logo design by Arnie Charnick

SHOWING CAPE COD & NEW YORK ARTISTS SINCE 1994

MEET THE ARTISTS     HOME     OUR STORY     CONTACT     LINKS

 

P.O. Box 537
New York, NY  10009
212-631-1112

 

EXCEPTIONAL ART AT AFFORDABLE PRICES

VIRTUAL TOURS

ARRANGEMENTS MADE TO VISIT 
THE ARTIST'S STUDIO OR GALLERY

 

THE DIARIES
our more literary side

 

DIARIST DIARY ENTRY

 Peter Scarbo Frawley

 
The Poetry of Edward Bonetti:
Duplicity

 
The Poetry of Edward Bonetti:
A Statement of Fact (for Emily Cat)

 
The Poetry of Edward Bonetti:
She (for Rue)


Jackson Lambert 
with Gus Gutterman

Al was the only Italian we ever met who was allergic to tomatoes. “If women really were tomatoes, Al would be in trouble,” Madge used to say. “Where does he get them all?” “And where does he get all those thousands of little bits and pieces of paper for his collages?” was another question Madge and I used to bat around when conversation ran thin. They looked like slick magazine stock to me. “And with what does he affix the paper to his canvas or whatever?” was another paper stock question we traded back and forth – ‘affix’ was one of our better words. For instance, “he affixes them, I have been told, to a bed of sizing varnish.” So what is a bed of varnish? But Al worked in Ciro’s and would have known about bed of lettuce varnish. “Hey Al, affix me another drink.”

Jackson Lambert
 
Reprinted by permission of Provincetown Arts magazine, Volume 14, Annual issue (1999) “Al DiLauro: A Collage Portrait” by Lynne Burns


 Lynne Burns
For my mom, Alda  3/21/1915 to 8/29/2011
Aug. 25, 2011

She was 96 years old & winding down.  She was a die-hard Elvis fan.  She often told
the story that she had 3rd row seats for his concert at the Hartford Civic Center. 
The concert was cancelled due to Elvis’ unexpected death.  She didn’t turn in the
ticket for a refund.  It was too precious to her.

I took her to Graceland for her 80th birthday & it really was a dream come true.  I
liked it as much as she did.  We stayed at the Peabody Hotel.  We went down to the
lobby our last  morning & a radio station was broadcasting live.  They interviewed
her & she told them how she had dreamt of Elvis the night before.  But she wouldn’t
give out any of the details.  Too personal, she told them.

As she lay in bed now, I put on an Elvis CD & climbed in bed with her.  I started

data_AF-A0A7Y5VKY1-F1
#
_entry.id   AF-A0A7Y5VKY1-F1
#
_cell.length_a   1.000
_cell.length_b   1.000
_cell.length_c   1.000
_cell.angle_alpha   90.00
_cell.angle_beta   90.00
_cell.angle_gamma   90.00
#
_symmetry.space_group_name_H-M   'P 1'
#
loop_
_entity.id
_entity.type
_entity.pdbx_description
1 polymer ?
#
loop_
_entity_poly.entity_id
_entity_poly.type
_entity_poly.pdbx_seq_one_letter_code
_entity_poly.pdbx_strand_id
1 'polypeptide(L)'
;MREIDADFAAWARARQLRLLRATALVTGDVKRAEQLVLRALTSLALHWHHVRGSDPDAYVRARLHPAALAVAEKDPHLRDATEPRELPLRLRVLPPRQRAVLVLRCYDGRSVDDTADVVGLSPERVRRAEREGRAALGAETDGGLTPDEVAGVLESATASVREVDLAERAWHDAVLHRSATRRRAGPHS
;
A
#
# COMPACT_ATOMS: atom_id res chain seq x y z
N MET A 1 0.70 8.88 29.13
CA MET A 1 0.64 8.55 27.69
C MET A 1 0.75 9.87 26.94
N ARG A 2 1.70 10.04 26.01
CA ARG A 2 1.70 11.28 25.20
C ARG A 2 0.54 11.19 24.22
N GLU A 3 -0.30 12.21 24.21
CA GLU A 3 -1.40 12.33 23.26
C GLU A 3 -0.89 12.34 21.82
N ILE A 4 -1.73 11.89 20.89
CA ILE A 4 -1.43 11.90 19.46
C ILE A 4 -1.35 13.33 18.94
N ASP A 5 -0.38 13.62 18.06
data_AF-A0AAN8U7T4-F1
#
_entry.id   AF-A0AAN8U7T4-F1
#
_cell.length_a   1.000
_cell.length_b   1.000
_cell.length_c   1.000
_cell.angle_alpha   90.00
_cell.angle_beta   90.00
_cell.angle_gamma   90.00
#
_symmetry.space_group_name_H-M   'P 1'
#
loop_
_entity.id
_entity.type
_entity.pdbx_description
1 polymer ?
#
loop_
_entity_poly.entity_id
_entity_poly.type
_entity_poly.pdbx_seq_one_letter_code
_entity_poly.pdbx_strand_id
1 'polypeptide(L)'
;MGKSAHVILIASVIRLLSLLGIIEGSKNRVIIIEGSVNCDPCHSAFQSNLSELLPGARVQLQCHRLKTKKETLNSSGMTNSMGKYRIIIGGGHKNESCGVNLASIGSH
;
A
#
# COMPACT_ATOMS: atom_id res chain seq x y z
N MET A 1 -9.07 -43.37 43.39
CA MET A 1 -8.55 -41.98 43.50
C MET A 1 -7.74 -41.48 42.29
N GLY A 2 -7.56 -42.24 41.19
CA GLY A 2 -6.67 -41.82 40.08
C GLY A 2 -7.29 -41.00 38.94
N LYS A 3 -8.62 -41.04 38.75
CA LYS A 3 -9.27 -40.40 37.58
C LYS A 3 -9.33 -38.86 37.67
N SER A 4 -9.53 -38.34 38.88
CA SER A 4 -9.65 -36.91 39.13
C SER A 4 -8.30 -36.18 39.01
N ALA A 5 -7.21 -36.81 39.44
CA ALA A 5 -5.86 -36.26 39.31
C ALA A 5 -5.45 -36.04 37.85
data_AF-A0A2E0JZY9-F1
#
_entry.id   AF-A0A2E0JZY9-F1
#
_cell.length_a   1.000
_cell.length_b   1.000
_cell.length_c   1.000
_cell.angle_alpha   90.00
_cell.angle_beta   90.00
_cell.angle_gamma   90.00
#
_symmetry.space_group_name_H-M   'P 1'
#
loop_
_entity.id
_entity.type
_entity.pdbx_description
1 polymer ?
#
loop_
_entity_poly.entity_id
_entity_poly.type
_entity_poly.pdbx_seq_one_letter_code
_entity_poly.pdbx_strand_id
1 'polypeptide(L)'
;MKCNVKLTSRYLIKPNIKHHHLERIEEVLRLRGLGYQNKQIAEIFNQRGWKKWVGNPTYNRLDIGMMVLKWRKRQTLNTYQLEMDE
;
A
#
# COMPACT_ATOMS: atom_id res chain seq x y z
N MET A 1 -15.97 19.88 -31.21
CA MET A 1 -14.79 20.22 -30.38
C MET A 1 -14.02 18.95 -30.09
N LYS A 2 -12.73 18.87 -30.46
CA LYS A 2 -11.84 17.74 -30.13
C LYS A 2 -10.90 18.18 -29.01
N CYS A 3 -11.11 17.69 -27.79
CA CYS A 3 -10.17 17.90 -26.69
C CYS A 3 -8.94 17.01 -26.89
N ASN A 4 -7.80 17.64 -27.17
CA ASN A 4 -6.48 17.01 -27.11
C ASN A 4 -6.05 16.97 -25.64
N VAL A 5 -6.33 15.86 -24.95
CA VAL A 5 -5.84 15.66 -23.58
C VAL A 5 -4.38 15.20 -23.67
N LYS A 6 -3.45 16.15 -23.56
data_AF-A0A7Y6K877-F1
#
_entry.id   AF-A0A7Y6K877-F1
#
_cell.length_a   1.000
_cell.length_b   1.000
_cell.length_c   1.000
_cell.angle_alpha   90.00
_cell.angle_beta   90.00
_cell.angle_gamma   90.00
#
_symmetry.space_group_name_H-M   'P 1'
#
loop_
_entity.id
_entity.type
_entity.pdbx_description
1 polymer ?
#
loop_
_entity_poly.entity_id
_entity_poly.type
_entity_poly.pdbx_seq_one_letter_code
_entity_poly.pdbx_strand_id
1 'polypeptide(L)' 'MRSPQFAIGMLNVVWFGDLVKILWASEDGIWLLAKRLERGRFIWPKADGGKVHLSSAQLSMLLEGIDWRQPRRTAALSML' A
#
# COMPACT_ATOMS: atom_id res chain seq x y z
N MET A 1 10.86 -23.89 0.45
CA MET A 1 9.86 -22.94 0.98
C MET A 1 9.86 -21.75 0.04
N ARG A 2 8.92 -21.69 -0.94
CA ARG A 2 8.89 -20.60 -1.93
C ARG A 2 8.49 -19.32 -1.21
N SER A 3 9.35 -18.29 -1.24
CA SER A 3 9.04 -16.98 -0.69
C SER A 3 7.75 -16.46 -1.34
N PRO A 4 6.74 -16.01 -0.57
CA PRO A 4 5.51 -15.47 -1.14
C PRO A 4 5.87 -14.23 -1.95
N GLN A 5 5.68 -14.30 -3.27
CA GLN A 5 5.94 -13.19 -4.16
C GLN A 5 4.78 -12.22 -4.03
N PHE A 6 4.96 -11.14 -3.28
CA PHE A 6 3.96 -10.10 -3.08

singing along with the music.  She said to me: “If I were a man & you were singing
next to me, I’d grab you & love you up”.

Lynne Burns

 

 
 Gail Schilke
Nocterminal
July 29, 2011

Look, something told me I should just stay in tonight —
But no, I don’t pay attention to myself
I head out on my skates like a lamb to slaughter
And sure enough, as soon as I start my laps around
Washington Square, this boy, this adolescent type
Shimmies up on his bike — and tries to run me off the road!

So I grab his bike and I don’t let go. And now he knows
It’s him & me; we go down together or not at all

And he’s scared & I’m glad & I won’t let go
But when I do, I give him a shove & he takes a dive
And I call him the fucking asshole he is

And his friend says, "You hear what she called you?" 

Then they both start after me
So I duck through the park —
But I can’t call the cops all around me…

Because after all, I may be pissed,
but I still have my principles…

So I cross the park shaking bad
Decide to skip the skate all together
Head for home with a vengeance
Deadbolt the door behind me…

And look down from my window…
At the smooth, dark street below.

Gail Schilke


 
 Diane Hanna

Sur La Plage
June 22, 2011

I have just bought the most captivating hat: a huge, black-brimmed affair, so wide I swear it grazes the sides of the doorway from the porch. The vast perimeter is threaded with a hem of thin wire so that I can scrunch it whatever way I want…now it’s a pirate’s hat with its brim jauntily turned up, now it’s the reclusive hat of a poetic (albeit dramatic) dowager. You can hide under this hat, or you can be the star of the show.

With such a hat, I need a new bathing suit. Living on Cape Cod, with the silver blue Atlantic just a half mile down Main Street, it’s almost unheard of to have only one bathing suit, let alone a bathing suit that’s nine years old. Mine is a black, basic, one-piece with a high neck…functional but quite ho-hum, perfect for a high school swim meet. Since most bathing suits terrify me, what I’d really like to do is have a chat with someone like Norma Kamali and tell her this: “I would love a simple black maillot with a high neck and a little flouncy polka dot skirt.” That’s it, that’s my dreamy beach attire: black, flirty-skirted bathing suit, dancing polka dots, very very big black hat, and black flip-flops.

As the nine year-old suit indicates, I’m not much of a swimmer; my imagination gets the best of me in a lake (all that nightmarish seaweed) or the ocean (crabs, jellyfish, undertows, rip currents). Pools are best for the faint of heart because we can see to the bottom of that turquoise water, see if there’s anything live or otherwise lurking there.

I’m delighted though to live so close to la mer, happy with the strong clear light, the ions full of bonhomie, the fresh tidal air, the shimmering blue vistas, but wading into those dark, frothing depths teeming with wild things that can nip or bite or sting or squish or pinch or ensnare, well, I’ll leave that to the more intrepid souls.

You’ll find me in my rickety beach chair, in hat and polka dots, turning the pages of a damp and yellowed paperback, now and then regarding the horizon, dreaming of tangled gardens and moss-covered stones, of abandoned Irish castles, or a very late afternoon café au lait on the Rue de ton Choix. 

Diane Hanna


   

Entries © by their authors
Video © 2011-16 by Lynne Burns